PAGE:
Drafted by the Chicago Cubs in the first round in 2012, Blackburn was traded twice before he found a home with Oakland. However, he had been little more than organizational depth before this year, as he sported a 5.74 ERA in 138 innings scattered over the last five seasons. The 28-year-old got an opportunity when Sean Manaea and Chris Bassitt were traded, and he's making the most of it with a 1.70 ERA and 1.01 WHIP in 47.2 innings.


    11. SS J.P. Crawford, Seattle Mariners

    Crawford turned a corner last season with 3.8 WAR in 160 games, finally showing the tools that made him a top prospect throughout his time in the Philadelphia Phillies farm system. The 27-year-old has been even better this year, hitting .296/.377/.441 for a 145 OPS+ with 13 extra-base hits in 175 plate appearances while continuing to play elite defense at shortstop.

10. RHP Clay Holmes, New York Yankees

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    Icon Sportswire/Getty Images

    Where would the New York Yankees be without Clay Holmes?

    With Aroldis Chapman struggling before landing on the injured list because of Achilles tendinitis, and Jonathan Loaisiga failing to match last year's success, Holmes has become the team's best reliever by default, and he's thriving in an expanded late-inning role.

    The sinkerballer has a 0.38 ERA, 0.72 WHIP and a pristine 24-to-2 strikeout-to-walk ratio in 23.2 innings, tallying four wins, five saves and seven holds in 22 appearances while limiting opponents to a .181 batting average and just two extra-base hits in 86 plate appearances.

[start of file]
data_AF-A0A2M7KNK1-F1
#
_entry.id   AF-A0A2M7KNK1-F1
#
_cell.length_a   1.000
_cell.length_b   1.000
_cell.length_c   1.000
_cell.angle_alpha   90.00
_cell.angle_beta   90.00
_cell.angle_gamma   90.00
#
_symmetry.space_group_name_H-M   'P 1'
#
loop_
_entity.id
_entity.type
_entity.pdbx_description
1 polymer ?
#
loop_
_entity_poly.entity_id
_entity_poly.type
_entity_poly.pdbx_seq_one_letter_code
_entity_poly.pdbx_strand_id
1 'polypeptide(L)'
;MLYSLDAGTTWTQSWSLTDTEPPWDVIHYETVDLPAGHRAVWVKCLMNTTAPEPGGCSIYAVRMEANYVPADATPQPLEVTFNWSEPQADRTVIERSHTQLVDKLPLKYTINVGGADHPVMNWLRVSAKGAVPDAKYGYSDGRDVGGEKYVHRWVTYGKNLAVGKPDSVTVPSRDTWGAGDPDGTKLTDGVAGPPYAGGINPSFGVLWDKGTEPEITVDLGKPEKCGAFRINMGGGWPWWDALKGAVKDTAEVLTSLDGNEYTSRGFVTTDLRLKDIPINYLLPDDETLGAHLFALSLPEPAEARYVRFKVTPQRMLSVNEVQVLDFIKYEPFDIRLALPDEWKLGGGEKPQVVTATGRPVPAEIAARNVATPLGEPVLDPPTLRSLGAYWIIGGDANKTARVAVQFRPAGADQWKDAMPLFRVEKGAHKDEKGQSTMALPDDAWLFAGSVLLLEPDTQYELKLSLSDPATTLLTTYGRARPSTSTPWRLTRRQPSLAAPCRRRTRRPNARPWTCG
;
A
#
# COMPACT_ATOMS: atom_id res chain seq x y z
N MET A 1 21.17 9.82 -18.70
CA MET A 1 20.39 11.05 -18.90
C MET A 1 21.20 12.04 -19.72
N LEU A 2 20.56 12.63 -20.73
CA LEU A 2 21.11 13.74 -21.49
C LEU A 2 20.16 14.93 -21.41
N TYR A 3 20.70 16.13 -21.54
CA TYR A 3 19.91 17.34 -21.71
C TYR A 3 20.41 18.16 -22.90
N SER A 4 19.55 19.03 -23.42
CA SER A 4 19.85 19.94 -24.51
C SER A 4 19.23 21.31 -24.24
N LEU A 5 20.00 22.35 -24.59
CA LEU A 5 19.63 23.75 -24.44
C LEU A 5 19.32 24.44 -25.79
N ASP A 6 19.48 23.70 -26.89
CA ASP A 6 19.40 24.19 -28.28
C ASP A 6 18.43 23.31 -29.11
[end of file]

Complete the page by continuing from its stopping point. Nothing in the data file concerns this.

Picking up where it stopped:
The move to acquire him from the Pittsburgh Pirates at the deadline last year for Diego Castillo and Hoy Park flew under the radar at the time, but it now looks like one of the front office's best moves in recent memory.

9. RHP Pablo Lopez, Miami Marlins

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    Michael Reaves/Getty Images

    Pablo Lopez has shown front-line starter flashes in the past, including last season when he pitched to a 3.07 ERA and 1.12 WHIP with 115 strikeouts in 102.2 innings, but he has never put it all together for a full season.

    It's all clicking now, though.

    The 26-year-old has a 2.04 ERA and an NL-leading 201 ERA+ to go with a 0.96 WHIP, a .204 opponents' batting average and 56 strikeouts in 53 innings.

    A lethal changeup that has limited opposing hitters to a .159 average while accounting for 30 of his strikeouts and a 43 percent whiff rate has been the key to his success, and he has streamlined his approach by throwing fewer sinkers and more four-seam fastballs.